The third time, on the other hand, demonstrated that it was more than simply a lucky break.

17 rated Fresno State by two points.

The Tech defense and attack, on the other hand, would strike under the watchful eyes of the Spirit of ’88, respectively.

Two plays later, Tech’s Ryan Moats scored his fourth touchdown of the game, sprinting eight yards to the right corner of the south end zone to give the Yellow Jackets a 28-21 lead and the final victory.

The audience at Joe Aillet Stadium erupted in jubilation alongside the Tech players, coaches, and members of the Spirit of ’88.

Some may argue that the abilities of the bronze Bulldog are a result of chance. Tech enthusiasts, on the other hand, will not agree. Since the unveiling of the Spirit of ’88, there have been 59 victories and only 20 defeats, according to the figures.

Alma Mater

Alma Materby John P. Graham
O Tech, thy halls so beautiful,Thy pleasant walks, thy noble trees,That charmed me in my college days,Are ever dear to me.ChorusLouisiana Tech I love thee,My Alma Mater, my Alma Mater;I will ever loyal beTo thee, my Alma Mater.Those old Tech days, those joyful days,So cherished in my memory,Though days of toil, in many waysWere happy days and free.Alma Mater (.pdf)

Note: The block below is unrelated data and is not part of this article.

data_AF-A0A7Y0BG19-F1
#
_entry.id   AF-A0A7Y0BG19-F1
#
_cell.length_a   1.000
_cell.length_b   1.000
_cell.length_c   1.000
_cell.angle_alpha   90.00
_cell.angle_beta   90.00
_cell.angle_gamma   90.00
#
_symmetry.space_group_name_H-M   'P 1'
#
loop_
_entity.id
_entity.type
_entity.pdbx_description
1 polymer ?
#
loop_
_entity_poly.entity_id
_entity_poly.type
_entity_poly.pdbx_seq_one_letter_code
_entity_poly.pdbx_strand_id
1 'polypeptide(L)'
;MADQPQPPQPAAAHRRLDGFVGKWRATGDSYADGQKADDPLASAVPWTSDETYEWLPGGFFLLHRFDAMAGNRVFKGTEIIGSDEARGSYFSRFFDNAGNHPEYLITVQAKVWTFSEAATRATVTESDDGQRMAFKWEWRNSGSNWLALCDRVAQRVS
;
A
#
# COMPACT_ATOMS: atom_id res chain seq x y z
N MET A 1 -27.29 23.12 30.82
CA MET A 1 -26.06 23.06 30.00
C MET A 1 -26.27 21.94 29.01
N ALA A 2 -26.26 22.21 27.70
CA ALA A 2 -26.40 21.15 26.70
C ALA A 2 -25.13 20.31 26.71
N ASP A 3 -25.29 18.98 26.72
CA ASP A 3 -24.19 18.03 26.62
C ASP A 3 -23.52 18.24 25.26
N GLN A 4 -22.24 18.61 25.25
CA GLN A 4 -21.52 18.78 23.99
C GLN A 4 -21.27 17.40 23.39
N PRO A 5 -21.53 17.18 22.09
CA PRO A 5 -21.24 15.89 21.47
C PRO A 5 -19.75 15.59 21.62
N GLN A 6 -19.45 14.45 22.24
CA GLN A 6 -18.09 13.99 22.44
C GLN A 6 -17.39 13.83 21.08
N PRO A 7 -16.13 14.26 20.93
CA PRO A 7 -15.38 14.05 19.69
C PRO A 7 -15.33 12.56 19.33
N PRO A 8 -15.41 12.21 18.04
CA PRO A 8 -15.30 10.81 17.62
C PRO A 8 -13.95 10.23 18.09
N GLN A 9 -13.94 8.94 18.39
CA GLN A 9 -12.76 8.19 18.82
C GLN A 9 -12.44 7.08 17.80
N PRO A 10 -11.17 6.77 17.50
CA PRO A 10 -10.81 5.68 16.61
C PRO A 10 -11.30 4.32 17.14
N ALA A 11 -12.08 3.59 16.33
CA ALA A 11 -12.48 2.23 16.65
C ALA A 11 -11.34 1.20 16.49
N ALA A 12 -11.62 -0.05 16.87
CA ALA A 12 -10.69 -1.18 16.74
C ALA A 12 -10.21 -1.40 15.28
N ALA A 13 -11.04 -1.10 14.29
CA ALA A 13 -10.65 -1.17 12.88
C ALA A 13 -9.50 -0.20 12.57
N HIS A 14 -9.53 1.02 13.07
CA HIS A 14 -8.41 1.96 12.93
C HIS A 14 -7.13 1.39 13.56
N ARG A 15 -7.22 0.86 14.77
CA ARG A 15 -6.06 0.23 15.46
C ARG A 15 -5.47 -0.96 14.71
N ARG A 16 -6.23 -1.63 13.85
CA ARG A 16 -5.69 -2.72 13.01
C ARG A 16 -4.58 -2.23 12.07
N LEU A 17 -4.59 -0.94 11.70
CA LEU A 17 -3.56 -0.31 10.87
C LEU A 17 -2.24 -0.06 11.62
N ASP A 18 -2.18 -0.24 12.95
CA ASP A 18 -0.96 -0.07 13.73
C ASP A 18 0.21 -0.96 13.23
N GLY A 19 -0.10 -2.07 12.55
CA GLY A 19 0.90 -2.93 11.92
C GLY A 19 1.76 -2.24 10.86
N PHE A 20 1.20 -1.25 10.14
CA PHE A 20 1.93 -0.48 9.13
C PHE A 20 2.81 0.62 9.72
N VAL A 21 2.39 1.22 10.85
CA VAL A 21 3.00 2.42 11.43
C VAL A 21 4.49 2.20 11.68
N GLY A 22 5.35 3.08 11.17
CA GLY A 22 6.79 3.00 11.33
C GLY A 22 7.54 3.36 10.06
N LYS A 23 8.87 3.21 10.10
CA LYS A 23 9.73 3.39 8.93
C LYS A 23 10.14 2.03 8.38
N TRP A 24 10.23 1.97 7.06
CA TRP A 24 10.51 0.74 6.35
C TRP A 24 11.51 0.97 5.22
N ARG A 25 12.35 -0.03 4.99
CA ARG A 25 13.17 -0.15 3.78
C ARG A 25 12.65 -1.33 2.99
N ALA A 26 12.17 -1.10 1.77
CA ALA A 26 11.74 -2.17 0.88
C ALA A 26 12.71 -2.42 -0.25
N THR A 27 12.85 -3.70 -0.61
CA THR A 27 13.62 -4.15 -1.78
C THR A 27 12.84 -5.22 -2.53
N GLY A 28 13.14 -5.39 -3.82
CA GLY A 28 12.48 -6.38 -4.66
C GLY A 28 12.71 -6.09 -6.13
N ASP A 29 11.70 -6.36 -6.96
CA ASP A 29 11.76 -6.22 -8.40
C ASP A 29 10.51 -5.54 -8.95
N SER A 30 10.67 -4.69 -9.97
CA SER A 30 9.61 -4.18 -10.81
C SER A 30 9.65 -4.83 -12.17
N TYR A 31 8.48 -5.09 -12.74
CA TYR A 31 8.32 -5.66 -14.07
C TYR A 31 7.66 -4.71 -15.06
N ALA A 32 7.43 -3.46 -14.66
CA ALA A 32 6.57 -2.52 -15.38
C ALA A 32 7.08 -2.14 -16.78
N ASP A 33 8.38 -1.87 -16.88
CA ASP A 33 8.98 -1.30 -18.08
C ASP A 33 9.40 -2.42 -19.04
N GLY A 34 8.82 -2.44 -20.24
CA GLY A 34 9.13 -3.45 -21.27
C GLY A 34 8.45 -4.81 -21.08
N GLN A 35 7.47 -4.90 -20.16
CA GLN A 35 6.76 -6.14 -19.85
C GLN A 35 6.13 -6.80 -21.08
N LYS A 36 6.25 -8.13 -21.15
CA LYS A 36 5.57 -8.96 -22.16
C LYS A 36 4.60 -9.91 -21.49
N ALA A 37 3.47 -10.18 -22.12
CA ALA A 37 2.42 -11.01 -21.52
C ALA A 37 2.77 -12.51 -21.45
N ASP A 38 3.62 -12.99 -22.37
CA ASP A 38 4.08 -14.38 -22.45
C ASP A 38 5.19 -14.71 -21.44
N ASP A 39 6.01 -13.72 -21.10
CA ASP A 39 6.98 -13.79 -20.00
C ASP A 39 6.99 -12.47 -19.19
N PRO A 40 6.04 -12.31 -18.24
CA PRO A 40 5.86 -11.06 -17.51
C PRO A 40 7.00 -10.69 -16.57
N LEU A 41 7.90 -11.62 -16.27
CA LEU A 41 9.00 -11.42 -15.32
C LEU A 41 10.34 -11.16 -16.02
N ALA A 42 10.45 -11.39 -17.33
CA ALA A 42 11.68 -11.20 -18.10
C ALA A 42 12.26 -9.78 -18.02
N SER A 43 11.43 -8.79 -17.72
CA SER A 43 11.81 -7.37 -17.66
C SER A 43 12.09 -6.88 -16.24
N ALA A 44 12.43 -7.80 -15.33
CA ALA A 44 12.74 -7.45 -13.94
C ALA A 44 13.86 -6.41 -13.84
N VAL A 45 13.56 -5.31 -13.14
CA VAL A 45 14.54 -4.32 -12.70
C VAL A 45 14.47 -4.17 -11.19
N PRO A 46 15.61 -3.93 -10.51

Fight Song

Louisiana Tech Fight Song by James Alvey Smith
Fight! Fight! Fight! For ole red and blue!Show your might and we’ll root for you!Get on your toes when you meet your foes,and don’t let them break through!TECH! TECH! TECH!Hit those lines like good ole canines!Break through for a touchdown or two!Hold up your chin and let’s all go into win for the red and blue!Performed by the Band of Pride(1999)under the direction of Jim RobkenFight Song (.pdf)

Louisiana Tech’s Band Reportedly Chanted “We Have Football” At UAB Fans During Friday Night’s Loss

Generally speaking, there’s nothing wrong with a little friendly banter between supporters of opposing conferences. However, it appears that what Louisiana Tech’s band allegedly performed on Friday night was a little below the belt. The Bulldogs’ marching band began screaming “we have football” towards Blazers fans during Friday night’s game between UAB and Louisiana Tech, according to a number of spectators who were in attendance at the game. If you haven’t already heard, the University of Alabama announced the highly-discussed decision to discontinue its football program following this past season.